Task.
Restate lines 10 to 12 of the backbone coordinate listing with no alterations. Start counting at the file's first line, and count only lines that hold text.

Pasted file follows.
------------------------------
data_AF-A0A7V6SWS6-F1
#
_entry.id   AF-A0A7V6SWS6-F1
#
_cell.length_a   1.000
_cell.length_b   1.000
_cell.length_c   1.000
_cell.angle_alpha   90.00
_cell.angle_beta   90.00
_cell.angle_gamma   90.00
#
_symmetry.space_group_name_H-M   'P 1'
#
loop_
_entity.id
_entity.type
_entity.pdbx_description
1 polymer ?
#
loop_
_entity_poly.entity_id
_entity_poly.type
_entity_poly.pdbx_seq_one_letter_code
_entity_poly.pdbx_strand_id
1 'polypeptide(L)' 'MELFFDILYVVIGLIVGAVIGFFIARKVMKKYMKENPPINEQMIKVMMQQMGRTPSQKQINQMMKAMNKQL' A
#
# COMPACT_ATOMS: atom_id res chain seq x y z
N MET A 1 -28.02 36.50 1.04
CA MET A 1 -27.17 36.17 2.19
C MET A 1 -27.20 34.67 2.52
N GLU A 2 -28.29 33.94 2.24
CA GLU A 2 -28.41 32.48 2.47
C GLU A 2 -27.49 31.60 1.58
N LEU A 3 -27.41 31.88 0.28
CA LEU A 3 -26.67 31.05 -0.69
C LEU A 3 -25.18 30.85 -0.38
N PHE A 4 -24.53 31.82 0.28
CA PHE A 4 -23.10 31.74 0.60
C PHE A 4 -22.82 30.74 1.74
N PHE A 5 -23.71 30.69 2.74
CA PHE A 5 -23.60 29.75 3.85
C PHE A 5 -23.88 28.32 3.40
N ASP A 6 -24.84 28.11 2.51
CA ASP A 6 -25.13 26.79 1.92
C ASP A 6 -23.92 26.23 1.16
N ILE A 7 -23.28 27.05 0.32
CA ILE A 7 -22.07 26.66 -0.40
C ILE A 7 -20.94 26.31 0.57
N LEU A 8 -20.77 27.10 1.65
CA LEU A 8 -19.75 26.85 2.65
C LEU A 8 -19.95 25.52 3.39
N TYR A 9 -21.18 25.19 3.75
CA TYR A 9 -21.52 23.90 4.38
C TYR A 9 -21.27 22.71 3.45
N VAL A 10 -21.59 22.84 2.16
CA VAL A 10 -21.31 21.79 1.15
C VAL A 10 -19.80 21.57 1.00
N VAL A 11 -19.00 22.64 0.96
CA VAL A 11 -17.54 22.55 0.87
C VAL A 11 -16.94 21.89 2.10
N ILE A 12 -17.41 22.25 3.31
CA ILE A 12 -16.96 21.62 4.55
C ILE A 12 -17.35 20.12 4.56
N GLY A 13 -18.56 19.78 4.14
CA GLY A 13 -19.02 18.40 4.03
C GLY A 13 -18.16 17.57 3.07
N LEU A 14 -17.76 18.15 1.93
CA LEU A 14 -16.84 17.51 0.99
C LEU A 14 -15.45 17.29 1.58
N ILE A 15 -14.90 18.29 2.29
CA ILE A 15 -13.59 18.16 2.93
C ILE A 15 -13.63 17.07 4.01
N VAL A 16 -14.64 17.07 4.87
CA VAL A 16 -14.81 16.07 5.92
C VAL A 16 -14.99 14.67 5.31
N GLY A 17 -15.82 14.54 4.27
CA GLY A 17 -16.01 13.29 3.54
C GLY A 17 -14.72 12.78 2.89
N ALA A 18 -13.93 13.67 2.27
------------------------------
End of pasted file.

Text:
_cell.angle_gamma   90.00
#
_symmetry.space_group_name_H-M   'P 1'